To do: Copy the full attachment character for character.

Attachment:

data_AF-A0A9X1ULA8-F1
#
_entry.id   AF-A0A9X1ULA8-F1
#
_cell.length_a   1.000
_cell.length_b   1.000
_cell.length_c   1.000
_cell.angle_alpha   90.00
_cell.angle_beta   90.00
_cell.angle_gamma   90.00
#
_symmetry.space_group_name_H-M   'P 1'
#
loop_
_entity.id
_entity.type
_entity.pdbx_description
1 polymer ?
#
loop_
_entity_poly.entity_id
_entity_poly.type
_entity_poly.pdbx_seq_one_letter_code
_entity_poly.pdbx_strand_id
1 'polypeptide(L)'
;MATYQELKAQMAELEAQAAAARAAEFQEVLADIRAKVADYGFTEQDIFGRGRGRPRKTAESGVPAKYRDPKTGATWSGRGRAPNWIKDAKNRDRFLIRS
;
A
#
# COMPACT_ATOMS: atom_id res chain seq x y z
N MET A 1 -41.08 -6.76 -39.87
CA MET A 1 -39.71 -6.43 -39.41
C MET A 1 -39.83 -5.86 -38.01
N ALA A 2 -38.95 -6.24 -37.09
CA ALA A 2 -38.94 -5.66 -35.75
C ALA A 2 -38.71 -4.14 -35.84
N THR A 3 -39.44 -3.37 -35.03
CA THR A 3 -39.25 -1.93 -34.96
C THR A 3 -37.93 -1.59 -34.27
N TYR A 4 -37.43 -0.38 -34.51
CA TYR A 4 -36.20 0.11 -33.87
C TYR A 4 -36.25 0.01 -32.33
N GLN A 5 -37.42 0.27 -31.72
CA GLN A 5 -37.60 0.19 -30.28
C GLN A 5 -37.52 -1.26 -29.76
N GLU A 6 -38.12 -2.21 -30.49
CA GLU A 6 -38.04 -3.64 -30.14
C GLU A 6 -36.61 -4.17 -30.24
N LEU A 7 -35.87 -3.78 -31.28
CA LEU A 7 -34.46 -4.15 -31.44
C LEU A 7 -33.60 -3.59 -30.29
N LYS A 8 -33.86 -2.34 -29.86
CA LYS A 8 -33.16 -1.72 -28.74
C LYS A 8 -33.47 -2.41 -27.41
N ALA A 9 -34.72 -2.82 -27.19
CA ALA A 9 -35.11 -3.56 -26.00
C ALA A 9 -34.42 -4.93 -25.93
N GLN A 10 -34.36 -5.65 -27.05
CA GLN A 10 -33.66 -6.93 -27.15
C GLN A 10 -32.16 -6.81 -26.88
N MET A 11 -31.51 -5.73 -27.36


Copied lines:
data_AF-A0A9X1ULA8-F1
#
_entry.id   AF-A0A9X1ULA8-F1
#
_cell.length_a   1.000
_cell.length_b   1.000
_cell.length_c   1.000
_cell.angle_alpha   90.00
_cell.angle_beta   90.00
_cell.angle_gamma   90.00
#
_symmetry.space_group_name_H-M   'P 1'
#
loop_
_entity.id
_entity.type
_entity.pdbx_description
1 polymer ?
#
loop_
_entity_poly.entity_id
_entity_poly.type
_entity_poly.pdbx_seq_one_letter_code
_entity_poly.pdbx_strand_id
1 'polypeptide(L)'
;MATYQELKAQMAELEAQAAAARAAEFQEVLADIRAKVADYGFTEQDIFGRGRGRPRKTAESGVPAKYRDPKTGATWSGRGRAPNWIKDAKNRDRFLIRS
;
A
#
# COMPACT_ATOMS: atom_id res chain seq x y z
N MET A 1 -41.08 -6.76 -39.87
CA MET A 1 -39.71 -6.43 -39.41
C MET A 1 -39.83 -5.86 -38.01
N ALA A 2 -38.95 -6.24 -37.09
CA ALA A 2 -38.94 -5.66 -35.75
C ALA A 2 -38.71 -4.14 -35.84
N THR A 3 -39.44 -3.37 -35.03
CA THR A 3 -39.25 -1.93 -34.96
C THR A 3 -37.93 -1.59 -34.27
N TYR A 4 -37.43 -0.38 -34.51
CA TYR A 4 -36.20 0.11 -33.87
C TYR A 4 -36.25 0.01 -32.33
N GLN A 5 -37.42 0.27 -31.72
CA GLN A 5 -37.60 0.19 -30.28
C GLN A 5 -37.52 -1.26 -29.76
N GLU A 6 -38.12 -2.21 -30.49
CA GLU A 6 -38.04 -3.64 -30.14
C GLU A 6 -36.61 -4.17 -30.24
N LEU A 7 -35.87 -3.78 -31.28
CA LEU A 7 -34.46 -4.15 -31.44
C LEU A 7 -33.60 -3.59 -30.29
N LYS A 8 -33.86 -2.34 -29.86
CA LYS A 8 -33.16 -1.72 -28.74
C LYS A 8 -33.47 -2.41 -27.41
N ALA A 9 -34.72 -2.82 -27.19
CA ALA A 9 -35.11 -3.56 -26.00
C ALA A 9 -34.42 -4.93 -25.93
N GLN A 10 -34.36 -5.65 -27.05
CA GLN A 10 -33.66 -6.93 -27.15
C GLN A 10 -32.16 -6.81 -26.88
N MET A 11 -31.51 -5.73 -27.36